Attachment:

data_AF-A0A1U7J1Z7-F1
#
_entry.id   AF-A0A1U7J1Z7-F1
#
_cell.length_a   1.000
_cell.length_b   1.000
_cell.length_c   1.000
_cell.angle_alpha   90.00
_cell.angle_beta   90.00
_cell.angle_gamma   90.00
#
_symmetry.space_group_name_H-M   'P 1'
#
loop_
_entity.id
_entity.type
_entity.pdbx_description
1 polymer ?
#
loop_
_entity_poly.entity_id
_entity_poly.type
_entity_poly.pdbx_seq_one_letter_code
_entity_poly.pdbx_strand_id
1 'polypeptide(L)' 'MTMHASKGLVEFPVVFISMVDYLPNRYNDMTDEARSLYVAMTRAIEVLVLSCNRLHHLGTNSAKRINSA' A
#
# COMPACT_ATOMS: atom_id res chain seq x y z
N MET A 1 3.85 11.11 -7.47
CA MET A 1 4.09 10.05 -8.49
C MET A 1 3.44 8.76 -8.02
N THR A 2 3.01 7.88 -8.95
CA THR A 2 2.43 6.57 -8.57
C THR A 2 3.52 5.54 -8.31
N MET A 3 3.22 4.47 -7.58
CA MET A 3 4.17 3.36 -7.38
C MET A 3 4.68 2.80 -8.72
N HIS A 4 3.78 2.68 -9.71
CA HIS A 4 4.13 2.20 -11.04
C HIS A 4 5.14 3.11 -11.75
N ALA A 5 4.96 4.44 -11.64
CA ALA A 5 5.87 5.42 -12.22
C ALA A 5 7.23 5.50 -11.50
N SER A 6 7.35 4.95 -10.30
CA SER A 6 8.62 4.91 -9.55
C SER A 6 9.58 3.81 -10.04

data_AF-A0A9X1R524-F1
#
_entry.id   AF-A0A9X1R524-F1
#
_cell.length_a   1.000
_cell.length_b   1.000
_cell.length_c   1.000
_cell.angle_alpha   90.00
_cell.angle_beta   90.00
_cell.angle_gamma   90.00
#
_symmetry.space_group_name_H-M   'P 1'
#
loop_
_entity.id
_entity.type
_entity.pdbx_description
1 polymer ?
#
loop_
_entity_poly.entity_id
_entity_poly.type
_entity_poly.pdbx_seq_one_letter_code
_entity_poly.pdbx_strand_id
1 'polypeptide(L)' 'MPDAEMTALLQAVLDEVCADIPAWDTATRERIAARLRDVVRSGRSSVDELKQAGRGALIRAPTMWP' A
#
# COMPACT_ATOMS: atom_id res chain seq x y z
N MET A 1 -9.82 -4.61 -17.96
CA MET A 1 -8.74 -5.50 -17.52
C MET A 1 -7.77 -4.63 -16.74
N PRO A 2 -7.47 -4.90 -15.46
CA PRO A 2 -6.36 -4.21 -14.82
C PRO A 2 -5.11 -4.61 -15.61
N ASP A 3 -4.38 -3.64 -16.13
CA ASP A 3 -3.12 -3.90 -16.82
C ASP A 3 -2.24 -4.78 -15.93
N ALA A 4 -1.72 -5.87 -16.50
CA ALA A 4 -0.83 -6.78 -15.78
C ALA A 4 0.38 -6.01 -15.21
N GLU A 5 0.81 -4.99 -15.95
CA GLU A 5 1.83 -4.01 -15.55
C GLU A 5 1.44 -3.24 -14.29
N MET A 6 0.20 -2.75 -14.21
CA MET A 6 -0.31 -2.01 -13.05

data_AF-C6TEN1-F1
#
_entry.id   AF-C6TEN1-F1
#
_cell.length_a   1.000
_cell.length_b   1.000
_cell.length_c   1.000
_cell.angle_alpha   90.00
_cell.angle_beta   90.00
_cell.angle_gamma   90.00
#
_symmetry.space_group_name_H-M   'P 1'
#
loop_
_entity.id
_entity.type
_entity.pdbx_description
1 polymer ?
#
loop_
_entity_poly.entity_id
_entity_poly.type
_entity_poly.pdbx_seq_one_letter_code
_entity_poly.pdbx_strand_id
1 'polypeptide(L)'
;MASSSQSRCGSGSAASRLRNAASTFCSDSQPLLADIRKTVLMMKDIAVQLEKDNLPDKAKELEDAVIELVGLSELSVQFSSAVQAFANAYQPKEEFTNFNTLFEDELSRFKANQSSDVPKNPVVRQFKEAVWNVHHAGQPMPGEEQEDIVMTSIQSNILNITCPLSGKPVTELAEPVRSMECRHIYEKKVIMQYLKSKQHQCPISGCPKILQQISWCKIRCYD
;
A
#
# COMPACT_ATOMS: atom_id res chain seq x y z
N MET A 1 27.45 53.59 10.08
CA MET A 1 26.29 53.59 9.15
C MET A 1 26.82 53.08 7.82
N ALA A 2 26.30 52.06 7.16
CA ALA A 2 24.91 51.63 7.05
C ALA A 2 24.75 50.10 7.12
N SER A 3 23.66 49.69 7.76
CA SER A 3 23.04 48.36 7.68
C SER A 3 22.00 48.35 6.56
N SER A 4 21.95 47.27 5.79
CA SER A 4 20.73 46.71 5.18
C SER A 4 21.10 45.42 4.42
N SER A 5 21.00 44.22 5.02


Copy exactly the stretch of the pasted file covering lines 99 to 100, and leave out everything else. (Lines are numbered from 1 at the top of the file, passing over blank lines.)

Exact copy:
_cell.angle_gamma   90.00
#